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Initial and final quantum numbers/Doppler shift/Spectral lines Question

  1. Nov 21, 2009 #1
    1. The problem statement, all variables and given/known data

    The spectral lines of the light from distant galaxies exhibit a Doppler redshift due to
    the motion of the galaxy away from our own. For a particular galaxy, three spectral
    absorption lines are observed from the earth to have wavelengths of 164.4 nm 168.4 nm
    and 177.5 nm. Assuming that these lines are from hydrogen gas in the outer regions
    of the stars in the galaxy, answer the following:

    (a) Identify the initial and final quantum numbers for the states involved in these
    three transitions.

    (b) Determine the speed with which the galaxy is receding from our own.

    2. Relevant equations

    a)Rydberg Equation: [tex]\frac{1}{\lambda}[/tex] = R*([tex]\frac{1}{nf^2}[/tex] - [tex]\frac{1}{ni^2}[/tex])

    b)Relativistic Doppler Shift: fobs = [tex]\frac{\sqrt{1 + \frac{v}{c}}}{\sqrt{1 - \frac{v}{c}}}[/tex] * fsource

    3. The attempt at a solution

    For a) since were given 3 wavelengths I've simplified it down to 1/[tex]\lambda[/tex]/R = ([tex]\frac{1}{nf^2}[/tex] - [tex]\frac{1}{ni^2}[/tex]). The probelm is, when I plug in the wavelength of 164.3nm, it simplifies to 0.5543 = ([tex]\frac{1}{nf^2}[/tex] - [tex]\frac{1}{ni^2}[/tex]). Now I've got 2 unknowns and 1 equation. If i just sub in whole integers for ni and nf to try and find the best combination, I still can't come close to 0.5543.

    For b) I was thinking just to use the realativistic Doppler Shift equation, but I'm only given the observed wavelength and not the wavelength of the source or the velocity between the two. Once again, 2 unknowns, 1 equation.

    If anyone could tell me what I'm missing for the 2 questions I'd be forever grateful
  2. jcsd
  3. Nov 22, 2009 #2


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    You have to understand that you just can't plug in and expect a wavelength match because the wavelength you are comparing against is Doppler-shifted by being multiplied by some factor related to the velocity. You need to drop the Doppler factor out of the picture, then do your educated guesswork. What would happen if you calculated ratios of wavelengths? They are independent of the Doppler shift, are they not? What does the ratio of any two wavelengths look like according to the Rydberg formula? Also note that the observed wavelengths are in the UV region, so I would try transitions to the n = 1 state first (Lyman series).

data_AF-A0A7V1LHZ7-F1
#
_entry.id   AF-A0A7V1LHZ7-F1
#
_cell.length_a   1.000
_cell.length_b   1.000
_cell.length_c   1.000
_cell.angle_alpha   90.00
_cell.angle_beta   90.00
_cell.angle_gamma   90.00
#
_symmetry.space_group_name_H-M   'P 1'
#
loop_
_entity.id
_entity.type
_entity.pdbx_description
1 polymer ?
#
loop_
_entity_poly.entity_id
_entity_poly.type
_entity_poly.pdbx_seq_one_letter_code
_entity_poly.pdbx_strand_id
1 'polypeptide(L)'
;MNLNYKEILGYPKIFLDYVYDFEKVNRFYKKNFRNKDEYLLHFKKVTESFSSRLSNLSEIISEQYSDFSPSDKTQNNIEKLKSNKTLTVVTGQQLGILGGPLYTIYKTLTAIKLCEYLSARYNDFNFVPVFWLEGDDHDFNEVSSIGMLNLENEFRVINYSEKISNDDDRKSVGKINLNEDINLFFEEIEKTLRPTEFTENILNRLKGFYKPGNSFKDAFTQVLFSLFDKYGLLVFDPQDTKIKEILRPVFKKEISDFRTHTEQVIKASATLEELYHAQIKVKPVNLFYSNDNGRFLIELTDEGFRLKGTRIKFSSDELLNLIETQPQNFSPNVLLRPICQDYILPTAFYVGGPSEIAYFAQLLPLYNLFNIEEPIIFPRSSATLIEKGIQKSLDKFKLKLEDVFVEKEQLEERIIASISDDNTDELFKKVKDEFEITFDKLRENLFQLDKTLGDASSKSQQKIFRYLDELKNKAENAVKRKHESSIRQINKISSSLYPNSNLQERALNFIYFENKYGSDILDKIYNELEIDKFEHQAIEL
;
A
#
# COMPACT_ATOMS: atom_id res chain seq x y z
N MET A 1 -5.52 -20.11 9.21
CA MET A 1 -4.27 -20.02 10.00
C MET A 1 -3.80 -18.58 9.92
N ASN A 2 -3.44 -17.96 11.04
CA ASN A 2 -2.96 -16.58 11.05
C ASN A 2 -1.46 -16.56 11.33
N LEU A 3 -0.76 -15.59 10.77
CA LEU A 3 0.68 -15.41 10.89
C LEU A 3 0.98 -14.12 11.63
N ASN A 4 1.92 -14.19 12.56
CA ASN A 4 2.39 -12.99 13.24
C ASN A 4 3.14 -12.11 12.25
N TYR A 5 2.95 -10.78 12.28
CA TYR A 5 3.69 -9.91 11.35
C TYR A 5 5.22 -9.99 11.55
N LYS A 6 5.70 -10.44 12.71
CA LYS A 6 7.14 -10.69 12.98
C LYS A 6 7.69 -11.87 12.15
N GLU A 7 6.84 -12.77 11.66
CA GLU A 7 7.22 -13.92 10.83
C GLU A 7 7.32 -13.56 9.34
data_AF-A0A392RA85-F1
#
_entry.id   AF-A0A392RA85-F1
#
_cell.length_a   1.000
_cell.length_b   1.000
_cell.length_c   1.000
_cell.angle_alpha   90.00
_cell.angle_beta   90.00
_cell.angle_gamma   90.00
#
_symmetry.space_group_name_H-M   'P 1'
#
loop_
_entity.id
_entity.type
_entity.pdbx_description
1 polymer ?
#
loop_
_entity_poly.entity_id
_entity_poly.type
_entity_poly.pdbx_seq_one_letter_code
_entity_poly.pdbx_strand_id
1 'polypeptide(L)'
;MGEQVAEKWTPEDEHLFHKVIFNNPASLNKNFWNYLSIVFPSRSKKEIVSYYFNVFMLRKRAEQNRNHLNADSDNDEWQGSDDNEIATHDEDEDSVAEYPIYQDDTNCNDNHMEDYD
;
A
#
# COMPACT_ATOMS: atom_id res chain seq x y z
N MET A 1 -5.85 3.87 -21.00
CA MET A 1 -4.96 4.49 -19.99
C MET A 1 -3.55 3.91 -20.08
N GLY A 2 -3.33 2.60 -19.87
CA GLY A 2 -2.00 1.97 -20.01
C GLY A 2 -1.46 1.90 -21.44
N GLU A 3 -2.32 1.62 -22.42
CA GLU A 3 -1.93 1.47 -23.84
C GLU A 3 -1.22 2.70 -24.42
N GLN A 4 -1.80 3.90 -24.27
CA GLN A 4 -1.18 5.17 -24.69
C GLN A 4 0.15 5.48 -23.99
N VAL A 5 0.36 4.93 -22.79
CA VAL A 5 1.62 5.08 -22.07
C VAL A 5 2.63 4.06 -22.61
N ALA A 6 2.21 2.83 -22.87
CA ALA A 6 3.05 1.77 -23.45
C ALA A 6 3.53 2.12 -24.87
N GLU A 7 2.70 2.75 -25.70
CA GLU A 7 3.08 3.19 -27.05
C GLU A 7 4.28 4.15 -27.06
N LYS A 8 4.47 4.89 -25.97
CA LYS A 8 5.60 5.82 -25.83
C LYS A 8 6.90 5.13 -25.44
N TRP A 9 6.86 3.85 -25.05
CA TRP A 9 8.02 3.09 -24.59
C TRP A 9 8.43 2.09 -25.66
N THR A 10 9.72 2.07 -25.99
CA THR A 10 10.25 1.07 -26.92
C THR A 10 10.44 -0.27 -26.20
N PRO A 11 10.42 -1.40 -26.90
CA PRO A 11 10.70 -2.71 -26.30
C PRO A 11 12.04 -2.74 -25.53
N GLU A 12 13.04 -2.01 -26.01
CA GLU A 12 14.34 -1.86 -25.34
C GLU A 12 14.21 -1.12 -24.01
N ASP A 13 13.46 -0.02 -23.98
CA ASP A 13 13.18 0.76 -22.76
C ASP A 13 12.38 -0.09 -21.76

4. Nov 22, 2009 #3
    Thanks for your response, I see what you are saying about taking ratios to elimiate the redshift factor of the observed wavelengths. By taking the wavelength ratios and simplifying a bit I get:
    [tex]\frac{\lambda1}{\lambda2}[/tex] = [tex]\frac{1/nf2^2-1/ni2^2}{1/nf1^2-1/ni1^2}[/tex]

    Now my question is should I assume that they both drop to the n=1 level in which nf22 and nf12 become 1 and therefore:
    [tex]\frac{\lambda1}{\lambda2}[/tex] = [tex]\frac{1-1/ni2^2}{1-1/ni1^2}[/tex]

    If so, then I still get an equation with 2 unknowns and the guesswork here seems to punishing to do.
  5. Nov 22, 2009 #4


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    It's not that bad. Take the ratios of the given wavelengths first, then try the first few values for the n's.
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